Women’s Golf Day looks to educate, increase participation

DUBAI, UNITED ARAB EMIRATES - DECEMBER 11: Kylie Walker of Scotland tees off as she start the second round of the Omega Dubai Ladies Masters on the Majlis Course at the Emirates Golf Club on December 11, 2014 in Dubai, United Arab Emirates. (Photo by Warren Little/Getty Images) Warren Little/Getty Images

Women’s Golf Day looks to educate, increase participation

Golf

Women’s Golf Day looks to educate, increase participation

Women’s Golf Day, which takes place Tuesday, is not about competition, trophies, closest-to-the-pin and long-drive contests. It is about creating an environment where any woman or girl who is curious about golf can participate, have fun and socialize with other women.

“I have been in the golf industry for 18 years and, this is not male-bashing, but our industry is predominantly run by men,” said Elisa Gaudet, the founder of Women’s Golf Day. “I kept hearing them say that we’ve got to get more women in the game, but no one was doing anything about it. It was lip service.”

Data and studies showed that women were coming to the sport, but then leaving. So Gaudet took it upon herself to organize an easy way for clubs and golf facilities to hold four-hour events that include two hours of golf and two hours of socializing. The idea is to create an environment where any woman, whether she plays golf or not, can come to learn about the game, play and have fun without worrying about competition, judgments or knowing a lot about the sport.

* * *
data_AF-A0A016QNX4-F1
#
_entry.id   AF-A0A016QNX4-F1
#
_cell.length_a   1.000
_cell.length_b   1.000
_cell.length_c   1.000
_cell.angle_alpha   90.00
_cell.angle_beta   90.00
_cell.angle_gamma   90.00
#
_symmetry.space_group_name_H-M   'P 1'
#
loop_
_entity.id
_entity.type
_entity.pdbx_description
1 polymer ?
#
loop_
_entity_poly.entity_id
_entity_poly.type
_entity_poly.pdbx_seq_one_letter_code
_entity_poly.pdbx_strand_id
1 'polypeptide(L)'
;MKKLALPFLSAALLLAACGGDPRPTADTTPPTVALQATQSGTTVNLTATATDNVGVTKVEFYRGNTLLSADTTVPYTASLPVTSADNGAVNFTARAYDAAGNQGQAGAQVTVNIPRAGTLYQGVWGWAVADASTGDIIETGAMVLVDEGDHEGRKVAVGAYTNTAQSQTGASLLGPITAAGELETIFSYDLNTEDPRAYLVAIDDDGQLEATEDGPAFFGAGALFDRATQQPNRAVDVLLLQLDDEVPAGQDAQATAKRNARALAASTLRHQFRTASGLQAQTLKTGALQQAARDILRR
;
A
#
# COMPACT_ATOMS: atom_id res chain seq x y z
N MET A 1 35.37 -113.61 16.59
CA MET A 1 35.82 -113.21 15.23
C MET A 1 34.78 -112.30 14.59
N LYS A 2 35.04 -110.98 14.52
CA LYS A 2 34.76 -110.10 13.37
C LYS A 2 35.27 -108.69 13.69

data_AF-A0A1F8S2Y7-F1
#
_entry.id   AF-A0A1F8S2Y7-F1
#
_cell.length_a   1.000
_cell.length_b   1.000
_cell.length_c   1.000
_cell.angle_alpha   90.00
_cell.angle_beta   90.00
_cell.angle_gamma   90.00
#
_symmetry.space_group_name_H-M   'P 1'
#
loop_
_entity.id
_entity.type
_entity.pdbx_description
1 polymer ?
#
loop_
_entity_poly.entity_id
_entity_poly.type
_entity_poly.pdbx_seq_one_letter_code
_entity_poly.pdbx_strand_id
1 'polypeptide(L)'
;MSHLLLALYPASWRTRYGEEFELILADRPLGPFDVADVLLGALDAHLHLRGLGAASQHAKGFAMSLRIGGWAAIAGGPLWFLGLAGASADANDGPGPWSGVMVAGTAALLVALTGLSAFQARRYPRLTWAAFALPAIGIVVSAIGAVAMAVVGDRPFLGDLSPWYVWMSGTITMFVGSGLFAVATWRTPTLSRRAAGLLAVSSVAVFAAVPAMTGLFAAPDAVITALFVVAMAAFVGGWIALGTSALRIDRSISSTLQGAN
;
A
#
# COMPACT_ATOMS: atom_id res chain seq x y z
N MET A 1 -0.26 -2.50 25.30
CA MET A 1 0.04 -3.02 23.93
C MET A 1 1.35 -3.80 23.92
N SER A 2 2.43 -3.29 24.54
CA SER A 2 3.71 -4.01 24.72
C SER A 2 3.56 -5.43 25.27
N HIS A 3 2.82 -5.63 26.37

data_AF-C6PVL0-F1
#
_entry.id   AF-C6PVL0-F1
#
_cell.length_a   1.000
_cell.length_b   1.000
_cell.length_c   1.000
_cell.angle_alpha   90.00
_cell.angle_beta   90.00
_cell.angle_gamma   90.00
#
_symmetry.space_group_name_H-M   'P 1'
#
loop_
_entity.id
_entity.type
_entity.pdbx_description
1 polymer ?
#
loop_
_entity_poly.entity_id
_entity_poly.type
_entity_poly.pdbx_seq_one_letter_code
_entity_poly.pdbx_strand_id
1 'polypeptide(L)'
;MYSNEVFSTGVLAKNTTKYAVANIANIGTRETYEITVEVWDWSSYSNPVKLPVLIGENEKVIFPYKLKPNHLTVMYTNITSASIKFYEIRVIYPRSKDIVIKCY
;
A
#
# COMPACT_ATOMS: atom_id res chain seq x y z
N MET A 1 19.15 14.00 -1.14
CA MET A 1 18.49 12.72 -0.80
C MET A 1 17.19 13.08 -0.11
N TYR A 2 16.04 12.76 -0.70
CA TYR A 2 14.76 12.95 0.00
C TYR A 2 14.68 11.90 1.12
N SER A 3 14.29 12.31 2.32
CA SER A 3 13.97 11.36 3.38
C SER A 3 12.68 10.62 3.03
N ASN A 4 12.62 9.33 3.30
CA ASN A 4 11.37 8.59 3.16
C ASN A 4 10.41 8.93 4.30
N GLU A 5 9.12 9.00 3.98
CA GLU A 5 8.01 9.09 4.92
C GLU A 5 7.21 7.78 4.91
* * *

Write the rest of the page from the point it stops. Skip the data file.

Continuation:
Through Gaudet’s connections, Women’s Golf Day has spread around the world. Last year, 711 venues in 46 countries held Women’s Golf Day events, creating more than 15 million social media impressions. This year, two courses in Saudi Arabia will participate, as well as three in Morocco and a venue in Egypt. All 37 Topgolf facilities in the United States will be hosting events and numerous PGA Tour Superstores will be involved.

“The two things that made this successful. First, it’s one day and easy, with just two hours of playing or taking lessons, which eradicated a lot of the fear.” Gaudet said. “The other thing is that (facilities) register on our site, that it can be public or private, and that they can change a fee or not charge a fee. That gave them flexibility.”

The fact that Women’s Golf Day is on a Tuesday, from 4-8 p.m., is no accident. Tuesdays are typically slow days at golf courses, so most facilities will not lose out on corporate outings or events by hosting Women’s Golf Day. Starting at 4 p.m. means that working women and mothers only need to carve out a few hours from their day to play.

“We don’t necessarily have to convert these women to be golfers,” Gaudet said. “But you darn well better eradicate the idea of the golf widow. There is no way women are going to get their kids involved if they have a bad taste in their mouths about golf.”

The goal for Women’s Golf Day is to become an inversion of the New York Marathon, an event that draws runners from all over the world the Big Apple every November to take part in the famous 26.2-mile race.

“Instead of everyone coming to us for one day, we want to go to them for one day,” Gaudet said. “At the bare minimum, we are creating incredible awareness.”

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